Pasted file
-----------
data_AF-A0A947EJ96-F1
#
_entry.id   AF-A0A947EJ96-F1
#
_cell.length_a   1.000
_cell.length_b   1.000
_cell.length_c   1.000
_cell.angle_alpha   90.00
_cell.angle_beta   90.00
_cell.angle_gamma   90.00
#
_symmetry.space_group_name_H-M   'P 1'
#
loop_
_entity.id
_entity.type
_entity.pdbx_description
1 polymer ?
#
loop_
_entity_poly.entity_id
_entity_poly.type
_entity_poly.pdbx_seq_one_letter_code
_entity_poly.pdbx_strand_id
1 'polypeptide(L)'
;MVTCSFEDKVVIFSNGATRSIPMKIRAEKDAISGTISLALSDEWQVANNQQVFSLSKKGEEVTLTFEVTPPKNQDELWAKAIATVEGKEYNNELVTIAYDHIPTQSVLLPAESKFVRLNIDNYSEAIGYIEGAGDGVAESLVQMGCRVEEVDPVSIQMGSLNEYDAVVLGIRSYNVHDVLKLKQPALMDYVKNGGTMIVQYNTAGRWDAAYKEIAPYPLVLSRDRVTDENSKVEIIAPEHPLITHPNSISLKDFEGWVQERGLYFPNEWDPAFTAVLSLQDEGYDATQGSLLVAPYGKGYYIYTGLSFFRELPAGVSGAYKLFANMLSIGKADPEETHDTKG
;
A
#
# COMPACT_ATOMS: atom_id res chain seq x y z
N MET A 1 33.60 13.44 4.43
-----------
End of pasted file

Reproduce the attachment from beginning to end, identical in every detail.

data_AF-A0A947EJ96-F1
#
_entry.id   AF-A0A947EJ96-F1
#
_cell.length_a   1.000
_cell.length_b   1.000
_cell.length_c   1.000
_cell.angle_alpha   90.00
_cell.angle_beta   90.00
_cell.angle_gamma   90.00
#
_symmetry.space_group_name_H-M   'P 1'
#
loop_
_entity.id
_entity.type
_entity.pdbx_description
1 polymer ?
#
loop_
_entity_poly.entity_id
_entity_poly.type
_entity_poly.pdbx_seq_one_letter_code
_entity_poly.pdbx_strand_id
1 'polypeptide(L)'
;MVTCSFEDKVVIFSNGATRSIPMKIRAEKDAISGTISLALSDEWQVANNQQVFSLSKKGEEVTLTFEVTPPKNQDELWAKAIATVEGKEYNNELVTIAYDHIPTQSVLLPAESKFVRLNIDNYSEAIGYIEGAGDGVAESLVQMGCRVEEVDPVSIQMGSLNEYDAVVLGIRSYNVHDVLKLKQPALMDYVKNGGTMIVQYNTAGRWDAAYKEIAPYPLVLSRDRVTDENSKVEIIAPEHPLITHPNSISLKDFEGWVQERGLYFPNEWDPAFTAVLSLQDEGYDATQGSLLVAPYGKGYYIYTGLSFFRELPAGVSGAYKLFANMLSIGKADPEETHDTKG
;
A
#
# COMPACT_ATOMS: atom_id res chain seq x y z
N MET A 1 33.60 13.44 4.43